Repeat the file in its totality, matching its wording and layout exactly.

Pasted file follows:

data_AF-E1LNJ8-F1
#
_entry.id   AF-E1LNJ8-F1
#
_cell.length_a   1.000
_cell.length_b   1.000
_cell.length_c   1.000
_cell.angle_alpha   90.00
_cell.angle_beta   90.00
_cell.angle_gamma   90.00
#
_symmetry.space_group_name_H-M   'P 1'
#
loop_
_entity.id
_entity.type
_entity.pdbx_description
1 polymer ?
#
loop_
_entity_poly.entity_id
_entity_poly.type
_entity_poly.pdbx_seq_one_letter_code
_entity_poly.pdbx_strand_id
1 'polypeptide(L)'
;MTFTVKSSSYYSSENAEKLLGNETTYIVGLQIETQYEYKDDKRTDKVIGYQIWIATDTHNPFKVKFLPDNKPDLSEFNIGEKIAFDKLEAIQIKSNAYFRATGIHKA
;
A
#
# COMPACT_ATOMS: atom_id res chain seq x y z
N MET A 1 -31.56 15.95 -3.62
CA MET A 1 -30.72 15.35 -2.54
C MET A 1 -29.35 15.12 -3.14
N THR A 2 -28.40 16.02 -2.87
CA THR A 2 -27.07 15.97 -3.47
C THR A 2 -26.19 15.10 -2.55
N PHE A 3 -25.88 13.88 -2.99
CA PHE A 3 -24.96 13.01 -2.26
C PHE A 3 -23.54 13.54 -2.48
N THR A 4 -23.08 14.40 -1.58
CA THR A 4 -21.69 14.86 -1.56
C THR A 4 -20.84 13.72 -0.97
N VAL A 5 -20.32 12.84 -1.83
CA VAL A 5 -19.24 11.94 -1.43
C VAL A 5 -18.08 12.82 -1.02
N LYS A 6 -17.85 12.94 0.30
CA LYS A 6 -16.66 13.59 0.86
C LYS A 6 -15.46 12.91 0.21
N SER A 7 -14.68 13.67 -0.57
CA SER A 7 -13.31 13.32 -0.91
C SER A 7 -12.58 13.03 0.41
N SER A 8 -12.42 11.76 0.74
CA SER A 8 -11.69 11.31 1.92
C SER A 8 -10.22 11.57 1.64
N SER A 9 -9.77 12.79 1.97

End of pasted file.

data_AF-E1LNJ8-F1
#
_entry.id   AF-E1LNJ8-F1
#
_cell.length_a   1.000
_cell.length_b   1.000
_cell.length_c   1.000
_cell.angle_alpha   90.00
_cell.angle_beta   90.00
_cell.angle_gamma   90.00
#
_symmetry.space_group_name_H-M   'P 1'
#
loop_
_entity.id
_entity.type
_entity.pdbx_description
1 polymer ?
#
loop_
_entity_poly.entity_id
_entity_poly.type
_entity_poly.pdbx_seq_one_letter_code
_entity_poly.pdbx_strand_id
1 'polypeptide(L)'
;MTFTVKSSSYYSSENAEKLLGNETTYIVGLQIETQYEYKDDKRTDKVIGYQIWIATDTHNPFKVKFLPDNKPDLSEFNIGEKIAFDKLEAIQIKSNAYFRATGIHKA
;
A
#
# COMPACT_ATOMS: atom_id res chain seq x y z
N MET A 1 -31.56 15.95 -3.62
CA MET A 1 -30.72 15.35 -2.54
C MET A 1 -29.35 15.12 -3.14
N THR A 2 -28.40 16.02 -2.87
CA THR A 2 -27.07 15.97 -3.47
C THR A 2 -26.19 15.10 -2.55
N PHE A 3 -25.88 13.88 -2.99
CA PHE A 3 -24.96 13.01 -2.26
C PHE A 3 -23.54 13.54 -2.48
N THR A 4 -23.08 14.40 -1.58
CA THR A 4 -21.69 14.86 -1.56
C THR A 4 -20.84 13.72 -0.97
N VAL A 5 -20.32 12.84 -1.83
CA VAL A 5 -19.24 11.94 -1.43
C VAL A 5 -18.08 12.82 -1.02
N LYS A 6 -17.85 12.94 0.30
CA LYS A 6 -16.66 13.59 0.86
C LYS A 6 -15.46 12.91 0.21
N SER A 7 -14.68 13.67 -0.57
CA SER A 7 -13.31 13.32 -0.91
C SER A 7 -12.58 13.03 0.41
N SER A 8 -12.42 11.76 0.74
CA SER A 8 -11.69 11.31 1.92
C SER A 8 -10.22 11.57 1.64
N SER A 9 -9.77 12.79 1.97